Sleeved Coaxial Printed Circuit Board Via

Technology #16374

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Glenn Brigham
Lincoln Laboratory, MIT
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Bradley Perry
Lincoln Laboratory, MIT
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Patrick Bell
Lincoln Laboratory, MIT
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Richard Stanley
Lincoln Laboratory, MIT
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Jack Turner
MIT Technology Licensing Officer
Patent Protection

Sleeved Coaxial Printed Circuit Board Vias

US Patent Pending

Sleeved Coaxial Printed Circuit Board Vias

US Patent 9,635,761
Simulation and Research of the PCB Vias Effects
ICNC 2007. Third International Conference on Natural Computation, 5: 110-4, Aug. 24, 2007
Interactions between Vias and the PCB Power-Bus
2009 20th International Zurich Symposium on Electromagnetic Compatibility, 10478845: 257-60, Jan. 12, 2009


  • Electronic systems requiring:
  • High isolation, low cross talk multilayer laminated printed circuit boards
  • High dynamic frequency range electromagnetic (EM) transmissions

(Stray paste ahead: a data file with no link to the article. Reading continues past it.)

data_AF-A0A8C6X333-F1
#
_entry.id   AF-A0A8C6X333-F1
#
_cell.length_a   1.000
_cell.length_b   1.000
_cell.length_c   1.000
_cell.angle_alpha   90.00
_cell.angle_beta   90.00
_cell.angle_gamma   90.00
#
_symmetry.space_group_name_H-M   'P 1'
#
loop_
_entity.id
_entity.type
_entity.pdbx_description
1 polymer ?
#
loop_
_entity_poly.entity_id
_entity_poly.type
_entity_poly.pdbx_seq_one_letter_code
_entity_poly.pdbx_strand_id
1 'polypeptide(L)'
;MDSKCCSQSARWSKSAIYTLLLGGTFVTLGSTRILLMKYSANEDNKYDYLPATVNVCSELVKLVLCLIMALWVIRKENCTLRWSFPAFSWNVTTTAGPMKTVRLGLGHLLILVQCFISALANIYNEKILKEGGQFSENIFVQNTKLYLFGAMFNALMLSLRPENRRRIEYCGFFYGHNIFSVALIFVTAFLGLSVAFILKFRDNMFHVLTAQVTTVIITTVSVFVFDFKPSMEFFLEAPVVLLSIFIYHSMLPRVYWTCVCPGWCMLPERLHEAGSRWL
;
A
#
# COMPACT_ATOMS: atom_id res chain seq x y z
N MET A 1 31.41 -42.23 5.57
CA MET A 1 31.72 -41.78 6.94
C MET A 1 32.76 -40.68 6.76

• Frequency invariant EM transmissions
  • Cavity resonant critical designs and full duplex systems

Problem Addressed

Printed circuit boards (PCBs) have a top and bottom surface on which components may be affixed and a plurality of layers in between for carrying signals from one point to another. Signals beginning on one layer can move to another through vias and traces (conductive pathways for signal transmission). Due to current limitations, high frequency signals may emit EM radiation to the interior layers causing signal interference. In addition, impedance differences between signals and vias can cause undesirable reflections, affecting system performance.  


An improved PCB was designed and fabricated, boasting higher insolation between traces and greater frequency invariance. Using insolating materials, sleeved coaxial vias and a novel fabrication method, signal transmissions are isolated from each other. As a result, cross talk, undesirable reflections and EM transmission leakage to interior layers are reduced. The signals traces have proved capable of carrying signals above 1 GHz in frequency. In addition, the fabrication method results in better stepped notch cavity resonance suppression, reduced layer count through buffer layer removal and virtual shorting due to via placement under traces.


  • Higher isolation between neighboring traces
  • Greater frequency invariance
  • Better stepped notch cavity resonance suppression
  • Reduced layer count through buffer layer removal
  • Virtual shorting via placement under trace